Coastguard cuts could spell danger for Exmouth
Coastguard cuts could put Exmouth’s water users in danger and leave a 288-mile stretch of coastline without a single station.
The warning came from angry town councillors on Monday after hearing that the Government was having a second stab at cutting costs at the Maritime and Coastguard Agency.
Whitehall chiefs want to close stations at Brixham in Devon and Portland, Dorset, saving �7.5m a year by 2014.
But, at the general purposes committee, councillors said it would leave a 288-mile stretch of coastline, from Dover in Kent to Falmouth in Cornwall, without a single coastguard station.
Chairman Pauline Stott said: “That is a long way.
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“Our lifeboats are one of the busiest in the county and a few seconds can save a life.”
Cllr Richard Turner, who was in the Royal Navy, said: “Falmouth and Dover are fine for deep water, but what about further inland? A computer is no compensation for local knowledge.”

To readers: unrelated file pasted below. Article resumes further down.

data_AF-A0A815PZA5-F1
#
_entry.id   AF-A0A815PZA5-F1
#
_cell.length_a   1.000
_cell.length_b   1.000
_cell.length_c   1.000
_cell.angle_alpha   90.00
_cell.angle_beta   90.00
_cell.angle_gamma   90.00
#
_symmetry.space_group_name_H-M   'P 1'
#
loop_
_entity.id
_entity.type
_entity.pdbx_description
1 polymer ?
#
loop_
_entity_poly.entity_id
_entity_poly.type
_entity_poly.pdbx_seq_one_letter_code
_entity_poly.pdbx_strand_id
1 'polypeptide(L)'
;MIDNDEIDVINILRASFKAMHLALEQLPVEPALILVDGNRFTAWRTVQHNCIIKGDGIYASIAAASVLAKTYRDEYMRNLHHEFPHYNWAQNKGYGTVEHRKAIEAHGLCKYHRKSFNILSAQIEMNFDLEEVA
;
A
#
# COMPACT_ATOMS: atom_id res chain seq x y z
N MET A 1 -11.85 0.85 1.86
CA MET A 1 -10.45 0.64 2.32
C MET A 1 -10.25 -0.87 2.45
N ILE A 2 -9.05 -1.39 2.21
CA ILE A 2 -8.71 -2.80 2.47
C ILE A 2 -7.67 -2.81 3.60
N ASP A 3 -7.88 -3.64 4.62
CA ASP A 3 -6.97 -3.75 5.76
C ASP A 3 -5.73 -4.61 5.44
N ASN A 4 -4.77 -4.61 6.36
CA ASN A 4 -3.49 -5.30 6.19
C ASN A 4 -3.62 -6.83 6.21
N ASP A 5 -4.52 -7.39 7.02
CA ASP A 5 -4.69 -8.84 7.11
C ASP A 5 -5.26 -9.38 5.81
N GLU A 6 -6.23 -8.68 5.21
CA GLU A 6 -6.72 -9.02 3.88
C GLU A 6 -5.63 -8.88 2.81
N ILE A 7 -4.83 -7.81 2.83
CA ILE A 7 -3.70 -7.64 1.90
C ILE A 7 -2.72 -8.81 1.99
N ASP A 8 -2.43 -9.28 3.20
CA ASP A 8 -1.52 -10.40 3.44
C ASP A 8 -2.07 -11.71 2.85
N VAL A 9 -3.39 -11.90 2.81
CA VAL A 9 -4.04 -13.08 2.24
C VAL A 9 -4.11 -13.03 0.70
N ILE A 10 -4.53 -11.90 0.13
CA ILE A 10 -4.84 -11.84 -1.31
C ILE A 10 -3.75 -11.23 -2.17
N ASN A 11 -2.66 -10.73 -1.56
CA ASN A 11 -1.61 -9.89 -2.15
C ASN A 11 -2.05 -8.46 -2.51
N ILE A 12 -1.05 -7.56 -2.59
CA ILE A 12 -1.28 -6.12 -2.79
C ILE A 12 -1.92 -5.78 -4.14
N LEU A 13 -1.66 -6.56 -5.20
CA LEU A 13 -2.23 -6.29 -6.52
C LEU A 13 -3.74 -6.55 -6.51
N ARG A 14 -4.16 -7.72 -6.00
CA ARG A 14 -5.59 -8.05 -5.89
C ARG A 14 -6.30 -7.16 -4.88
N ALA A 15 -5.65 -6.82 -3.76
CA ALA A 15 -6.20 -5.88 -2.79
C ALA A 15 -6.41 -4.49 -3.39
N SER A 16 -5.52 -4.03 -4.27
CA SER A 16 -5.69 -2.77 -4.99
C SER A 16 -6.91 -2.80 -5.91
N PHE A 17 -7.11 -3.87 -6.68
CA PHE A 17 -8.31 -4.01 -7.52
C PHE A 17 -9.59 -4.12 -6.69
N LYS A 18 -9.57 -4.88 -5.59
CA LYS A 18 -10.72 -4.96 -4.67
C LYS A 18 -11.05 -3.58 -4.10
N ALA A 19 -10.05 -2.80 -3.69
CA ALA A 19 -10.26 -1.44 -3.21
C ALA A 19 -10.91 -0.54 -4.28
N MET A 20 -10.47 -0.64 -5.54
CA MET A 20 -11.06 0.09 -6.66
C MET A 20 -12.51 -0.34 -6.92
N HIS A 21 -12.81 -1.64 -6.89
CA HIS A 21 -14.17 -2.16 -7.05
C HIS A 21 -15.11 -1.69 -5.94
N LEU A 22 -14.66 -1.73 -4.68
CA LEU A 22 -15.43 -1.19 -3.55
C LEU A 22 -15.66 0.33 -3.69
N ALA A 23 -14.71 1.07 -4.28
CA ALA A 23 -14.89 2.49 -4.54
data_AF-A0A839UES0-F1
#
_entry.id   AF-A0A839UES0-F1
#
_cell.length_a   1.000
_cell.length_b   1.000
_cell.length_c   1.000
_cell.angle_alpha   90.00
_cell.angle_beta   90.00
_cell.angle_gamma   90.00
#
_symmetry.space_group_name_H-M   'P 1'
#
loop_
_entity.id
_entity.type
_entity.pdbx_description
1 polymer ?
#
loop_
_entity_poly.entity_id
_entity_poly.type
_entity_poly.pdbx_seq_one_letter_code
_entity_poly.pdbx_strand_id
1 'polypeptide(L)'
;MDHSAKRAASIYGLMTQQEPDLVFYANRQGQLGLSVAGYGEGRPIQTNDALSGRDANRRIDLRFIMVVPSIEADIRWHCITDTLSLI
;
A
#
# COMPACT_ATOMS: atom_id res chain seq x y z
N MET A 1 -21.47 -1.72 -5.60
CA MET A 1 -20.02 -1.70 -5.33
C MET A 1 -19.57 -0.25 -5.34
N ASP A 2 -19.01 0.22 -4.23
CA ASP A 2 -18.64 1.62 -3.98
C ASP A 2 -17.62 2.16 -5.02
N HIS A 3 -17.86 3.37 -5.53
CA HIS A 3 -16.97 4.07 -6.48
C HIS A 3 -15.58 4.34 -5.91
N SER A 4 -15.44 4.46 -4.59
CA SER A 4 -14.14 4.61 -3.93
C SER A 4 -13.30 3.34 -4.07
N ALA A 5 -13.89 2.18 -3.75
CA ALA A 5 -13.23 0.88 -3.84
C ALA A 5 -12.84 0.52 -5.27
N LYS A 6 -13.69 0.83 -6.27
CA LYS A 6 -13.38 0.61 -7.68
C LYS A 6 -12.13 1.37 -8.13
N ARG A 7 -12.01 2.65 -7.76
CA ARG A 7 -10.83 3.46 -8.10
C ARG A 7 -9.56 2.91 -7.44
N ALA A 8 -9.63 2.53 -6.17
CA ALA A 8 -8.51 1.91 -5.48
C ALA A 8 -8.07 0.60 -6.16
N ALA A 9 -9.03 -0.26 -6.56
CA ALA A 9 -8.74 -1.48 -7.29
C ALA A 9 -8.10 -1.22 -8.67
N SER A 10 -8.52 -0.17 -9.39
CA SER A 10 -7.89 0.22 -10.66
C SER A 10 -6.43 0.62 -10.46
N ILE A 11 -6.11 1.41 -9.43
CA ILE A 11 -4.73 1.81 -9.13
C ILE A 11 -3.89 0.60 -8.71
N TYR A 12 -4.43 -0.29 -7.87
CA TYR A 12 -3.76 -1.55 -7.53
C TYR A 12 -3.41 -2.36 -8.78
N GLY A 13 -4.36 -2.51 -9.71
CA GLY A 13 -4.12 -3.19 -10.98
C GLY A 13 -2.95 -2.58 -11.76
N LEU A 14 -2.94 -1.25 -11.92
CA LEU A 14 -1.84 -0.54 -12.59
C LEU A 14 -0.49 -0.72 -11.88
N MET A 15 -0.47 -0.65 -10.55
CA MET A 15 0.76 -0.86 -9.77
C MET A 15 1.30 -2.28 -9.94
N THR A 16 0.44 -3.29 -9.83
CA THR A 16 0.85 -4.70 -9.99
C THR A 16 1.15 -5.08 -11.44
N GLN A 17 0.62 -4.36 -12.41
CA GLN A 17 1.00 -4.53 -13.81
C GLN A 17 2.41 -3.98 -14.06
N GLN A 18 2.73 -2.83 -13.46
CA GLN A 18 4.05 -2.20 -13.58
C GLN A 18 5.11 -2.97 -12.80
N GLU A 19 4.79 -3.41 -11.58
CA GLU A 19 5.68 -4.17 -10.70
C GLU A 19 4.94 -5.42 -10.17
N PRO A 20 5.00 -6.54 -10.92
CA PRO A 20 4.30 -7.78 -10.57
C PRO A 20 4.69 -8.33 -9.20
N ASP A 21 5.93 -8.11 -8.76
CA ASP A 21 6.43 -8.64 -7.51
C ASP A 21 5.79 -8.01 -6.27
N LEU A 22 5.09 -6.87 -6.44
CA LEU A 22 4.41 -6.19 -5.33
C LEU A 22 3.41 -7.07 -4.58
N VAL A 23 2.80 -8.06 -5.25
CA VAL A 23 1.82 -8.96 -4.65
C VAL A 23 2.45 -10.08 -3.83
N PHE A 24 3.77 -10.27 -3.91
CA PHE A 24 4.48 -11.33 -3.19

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Cllr Steve Gazzard said: “The Government just haven’t been listening. Volunteers, like the National Coastwatch Institution (NCI), cannot replace professionals with equipment such as helicopters.”
Cllr Bill Nash, former manager of Exmouth NCI for eight years, said: “If we had to choose one, Portland should remain open.
“That would give Exmouth greater land cover for things like cliff rescues.
“It just seems unfair to burden the other emergency services with what could be a risk to people’s lives.”
Cllr Eileen Wragg said: “We should ask to keep Brixham and Portland open. At least then there is a chance, if we ask for both, one will not close.”